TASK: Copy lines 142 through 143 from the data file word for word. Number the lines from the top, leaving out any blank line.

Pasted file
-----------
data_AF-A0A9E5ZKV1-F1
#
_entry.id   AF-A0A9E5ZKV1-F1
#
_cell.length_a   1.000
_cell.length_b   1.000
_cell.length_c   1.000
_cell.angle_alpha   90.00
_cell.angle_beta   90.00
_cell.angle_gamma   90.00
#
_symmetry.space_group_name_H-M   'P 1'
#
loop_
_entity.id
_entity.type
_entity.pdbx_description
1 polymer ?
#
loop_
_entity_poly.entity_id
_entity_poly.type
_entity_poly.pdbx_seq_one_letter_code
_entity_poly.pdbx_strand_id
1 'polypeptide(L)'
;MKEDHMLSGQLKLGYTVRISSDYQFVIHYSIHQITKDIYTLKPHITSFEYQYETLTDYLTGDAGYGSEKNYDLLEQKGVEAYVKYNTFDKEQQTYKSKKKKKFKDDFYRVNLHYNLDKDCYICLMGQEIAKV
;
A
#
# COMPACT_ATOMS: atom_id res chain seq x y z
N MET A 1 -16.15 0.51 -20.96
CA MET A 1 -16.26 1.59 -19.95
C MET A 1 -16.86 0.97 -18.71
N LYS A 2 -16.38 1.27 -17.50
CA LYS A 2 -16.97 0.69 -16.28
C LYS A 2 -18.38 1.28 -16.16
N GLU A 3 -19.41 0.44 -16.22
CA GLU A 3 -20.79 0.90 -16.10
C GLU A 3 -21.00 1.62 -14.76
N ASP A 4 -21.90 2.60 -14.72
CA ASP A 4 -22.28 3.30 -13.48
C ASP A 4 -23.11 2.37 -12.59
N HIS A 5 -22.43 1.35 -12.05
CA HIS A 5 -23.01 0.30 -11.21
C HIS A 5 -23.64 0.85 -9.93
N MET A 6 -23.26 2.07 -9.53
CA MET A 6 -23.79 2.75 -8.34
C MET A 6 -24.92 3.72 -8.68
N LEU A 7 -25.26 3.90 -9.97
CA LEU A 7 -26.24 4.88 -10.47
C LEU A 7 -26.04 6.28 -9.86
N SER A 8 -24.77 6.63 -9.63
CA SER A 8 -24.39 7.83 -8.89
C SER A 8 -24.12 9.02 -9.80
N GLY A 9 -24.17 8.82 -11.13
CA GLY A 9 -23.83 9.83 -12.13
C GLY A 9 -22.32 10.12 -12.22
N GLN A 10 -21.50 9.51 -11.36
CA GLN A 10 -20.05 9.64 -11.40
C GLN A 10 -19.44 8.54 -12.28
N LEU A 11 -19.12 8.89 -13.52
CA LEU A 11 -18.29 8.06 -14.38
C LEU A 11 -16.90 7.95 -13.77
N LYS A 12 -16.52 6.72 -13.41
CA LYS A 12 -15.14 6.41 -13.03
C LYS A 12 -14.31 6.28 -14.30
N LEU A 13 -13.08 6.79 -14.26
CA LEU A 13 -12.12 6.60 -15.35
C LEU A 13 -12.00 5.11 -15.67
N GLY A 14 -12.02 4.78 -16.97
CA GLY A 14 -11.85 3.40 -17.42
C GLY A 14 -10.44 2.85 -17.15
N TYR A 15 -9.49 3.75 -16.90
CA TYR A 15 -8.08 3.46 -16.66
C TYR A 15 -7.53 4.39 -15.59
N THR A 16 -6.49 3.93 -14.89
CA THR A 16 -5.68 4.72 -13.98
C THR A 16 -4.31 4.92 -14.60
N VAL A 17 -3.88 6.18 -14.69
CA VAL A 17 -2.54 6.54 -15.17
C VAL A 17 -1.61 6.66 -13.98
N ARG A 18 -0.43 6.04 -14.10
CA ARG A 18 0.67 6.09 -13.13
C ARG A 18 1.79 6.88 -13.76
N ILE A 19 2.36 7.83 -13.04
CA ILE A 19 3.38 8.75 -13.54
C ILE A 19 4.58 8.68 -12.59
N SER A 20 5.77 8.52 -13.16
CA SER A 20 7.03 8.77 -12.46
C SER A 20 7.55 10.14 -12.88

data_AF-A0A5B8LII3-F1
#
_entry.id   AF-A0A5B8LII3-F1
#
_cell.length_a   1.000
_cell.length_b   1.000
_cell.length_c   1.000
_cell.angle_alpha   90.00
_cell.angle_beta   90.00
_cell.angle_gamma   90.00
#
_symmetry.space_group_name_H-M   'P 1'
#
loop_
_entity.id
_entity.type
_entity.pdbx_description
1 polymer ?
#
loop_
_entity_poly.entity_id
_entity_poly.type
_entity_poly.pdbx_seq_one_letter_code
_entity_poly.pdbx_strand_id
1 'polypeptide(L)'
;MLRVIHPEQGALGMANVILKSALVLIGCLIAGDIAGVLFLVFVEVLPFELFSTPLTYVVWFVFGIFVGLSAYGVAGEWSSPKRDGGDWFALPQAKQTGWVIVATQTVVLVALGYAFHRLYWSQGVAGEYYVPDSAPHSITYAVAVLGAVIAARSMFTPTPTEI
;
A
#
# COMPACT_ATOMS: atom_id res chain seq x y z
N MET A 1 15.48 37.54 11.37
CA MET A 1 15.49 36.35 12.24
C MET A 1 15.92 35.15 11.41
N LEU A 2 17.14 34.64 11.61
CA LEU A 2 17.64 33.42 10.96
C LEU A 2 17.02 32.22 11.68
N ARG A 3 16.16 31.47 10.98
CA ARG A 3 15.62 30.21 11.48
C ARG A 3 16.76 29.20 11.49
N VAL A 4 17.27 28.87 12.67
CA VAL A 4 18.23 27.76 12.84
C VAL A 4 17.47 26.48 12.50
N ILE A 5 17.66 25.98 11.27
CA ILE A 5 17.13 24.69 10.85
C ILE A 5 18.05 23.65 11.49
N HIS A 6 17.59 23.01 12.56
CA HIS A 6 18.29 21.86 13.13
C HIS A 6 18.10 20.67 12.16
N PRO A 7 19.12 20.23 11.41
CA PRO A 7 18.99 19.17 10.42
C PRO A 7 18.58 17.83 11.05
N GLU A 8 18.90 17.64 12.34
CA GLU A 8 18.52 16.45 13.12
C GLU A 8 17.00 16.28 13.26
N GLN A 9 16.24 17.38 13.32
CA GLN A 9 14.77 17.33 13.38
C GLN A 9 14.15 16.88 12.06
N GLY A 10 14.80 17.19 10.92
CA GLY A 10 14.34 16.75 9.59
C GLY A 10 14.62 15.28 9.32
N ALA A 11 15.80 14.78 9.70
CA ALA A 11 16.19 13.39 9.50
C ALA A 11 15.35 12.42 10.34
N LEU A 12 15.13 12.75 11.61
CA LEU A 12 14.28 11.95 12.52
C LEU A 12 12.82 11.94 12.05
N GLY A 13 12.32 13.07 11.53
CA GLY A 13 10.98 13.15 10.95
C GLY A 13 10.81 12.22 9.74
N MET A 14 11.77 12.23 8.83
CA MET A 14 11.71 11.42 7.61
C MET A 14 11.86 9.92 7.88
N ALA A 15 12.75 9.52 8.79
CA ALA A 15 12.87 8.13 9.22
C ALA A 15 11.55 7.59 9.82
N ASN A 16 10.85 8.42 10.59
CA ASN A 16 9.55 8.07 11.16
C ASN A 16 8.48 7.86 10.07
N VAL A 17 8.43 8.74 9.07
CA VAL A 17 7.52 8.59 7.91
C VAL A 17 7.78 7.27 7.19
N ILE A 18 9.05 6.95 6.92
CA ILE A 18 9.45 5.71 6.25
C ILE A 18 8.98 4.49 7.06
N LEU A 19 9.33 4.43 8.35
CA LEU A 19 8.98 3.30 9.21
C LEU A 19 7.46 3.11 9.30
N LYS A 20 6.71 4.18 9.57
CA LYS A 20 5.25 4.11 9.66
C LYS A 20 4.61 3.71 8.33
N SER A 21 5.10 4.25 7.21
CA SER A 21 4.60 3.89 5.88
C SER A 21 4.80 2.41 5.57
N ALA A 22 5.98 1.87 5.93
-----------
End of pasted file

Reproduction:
N GLU A 8 18.90 17.64 12.34
CA GLU A 8 18.52 16.45 13.12